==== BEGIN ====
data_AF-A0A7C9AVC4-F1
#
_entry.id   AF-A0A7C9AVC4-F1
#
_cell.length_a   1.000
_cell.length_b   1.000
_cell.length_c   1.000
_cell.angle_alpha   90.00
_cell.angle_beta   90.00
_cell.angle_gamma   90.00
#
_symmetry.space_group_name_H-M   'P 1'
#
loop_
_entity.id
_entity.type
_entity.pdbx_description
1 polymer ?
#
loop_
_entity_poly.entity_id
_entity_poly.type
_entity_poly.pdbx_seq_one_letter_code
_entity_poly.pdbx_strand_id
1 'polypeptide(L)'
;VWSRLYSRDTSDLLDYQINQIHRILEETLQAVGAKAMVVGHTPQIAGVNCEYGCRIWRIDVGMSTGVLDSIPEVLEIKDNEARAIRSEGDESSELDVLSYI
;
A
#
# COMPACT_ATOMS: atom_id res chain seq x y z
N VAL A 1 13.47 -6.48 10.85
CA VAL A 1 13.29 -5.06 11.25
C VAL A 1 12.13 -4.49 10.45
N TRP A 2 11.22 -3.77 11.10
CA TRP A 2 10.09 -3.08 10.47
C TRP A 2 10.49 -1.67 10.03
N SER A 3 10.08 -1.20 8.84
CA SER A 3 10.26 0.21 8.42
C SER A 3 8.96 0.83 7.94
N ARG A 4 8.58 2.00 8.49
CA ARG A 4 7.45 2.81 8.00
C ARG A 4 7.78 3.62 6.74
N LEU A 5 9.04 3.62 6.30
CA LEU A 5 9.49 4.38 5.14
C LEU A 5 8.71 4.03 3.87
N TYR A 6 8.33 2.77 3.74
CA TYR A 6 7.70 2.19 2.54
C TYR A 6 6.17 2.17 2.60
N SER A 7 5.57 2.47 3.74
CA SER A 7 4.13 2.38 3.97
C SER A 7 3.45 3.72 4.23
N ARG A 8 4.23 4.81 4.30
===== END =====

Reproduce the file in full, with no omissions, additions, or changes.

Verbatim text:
data_AF-A0A7C9AVC4-F1
#
_entry.id   AF-A0A7C9AVC4-F1
#
_cell.length_a   1.000
_cell.length_b   1.000
_cell.length_c   1.000
_cell.angle_alpha   90.00
_cell.angle_beta   90.00
_cell.angle_gamma   90.00
#
_symmetry.space_group_name_H-M   'P 1'
#
loop_
_entity.id
_entity.type
_entity.pdbx_description
1 polymer ?
#
loop_
_entity_poly.entity_id
_entity_poly.type
_entity_poly.pdbx_seq_one_letter_code
_entity_poly.pdbx_strand_id
1 'polypeptide(L)'
;VWSRLYSRDTSDLLDYQINQIHRILEETLQAVGAKAMVVGHTPQIAGVNCEYGCRIWRIDVGMSTGVLDSIPEVLEIKDNEARAIRSEGDESSELDVLSYI
;
A
#
# COMPACT_ATOMS: atom_id res chain seq x y z
N VAL A 1 13.47 -6.48 10.85
CA VAL A 1 13.29 -5.06 11.25
C VAL A 1 12.13 -4.49 10.45
N TRP A 2 11.22 -3.77 11.10
CA TRP A 2 10.09 -3.08 10.47
C TRP A 2 10.49 -1.67 10.03
N SER A 3 10.08 -1.20 8.84
CA SER A 3 10.26 0.21 8.42
C SER A 3 8.96 0.83 7.94
N ARG A 4 8.58 2.00 8.49
CA ARG A 4 7.45 2.81 8.00
C ARG A 4 7.78 3.62 6.74
N LEU A 5 9.04 3.62 6.30
CA LEU A 5 9.49 4.38 5.14
C LEU A 5 8.71 4.03 3.87
N TYR A 6 8.33 2.77 3.74
CA TYR A 6 7.70 2.19 2.54
C TYR A 6 6.17 2.17 2.60
N SER A 7 5.57 2.47 3.74
CA SER A 7 4.13 2.38 3.97
C SER A 7 3.45 3.72 4.23
N ARG A 8 4.23 4.81 4.30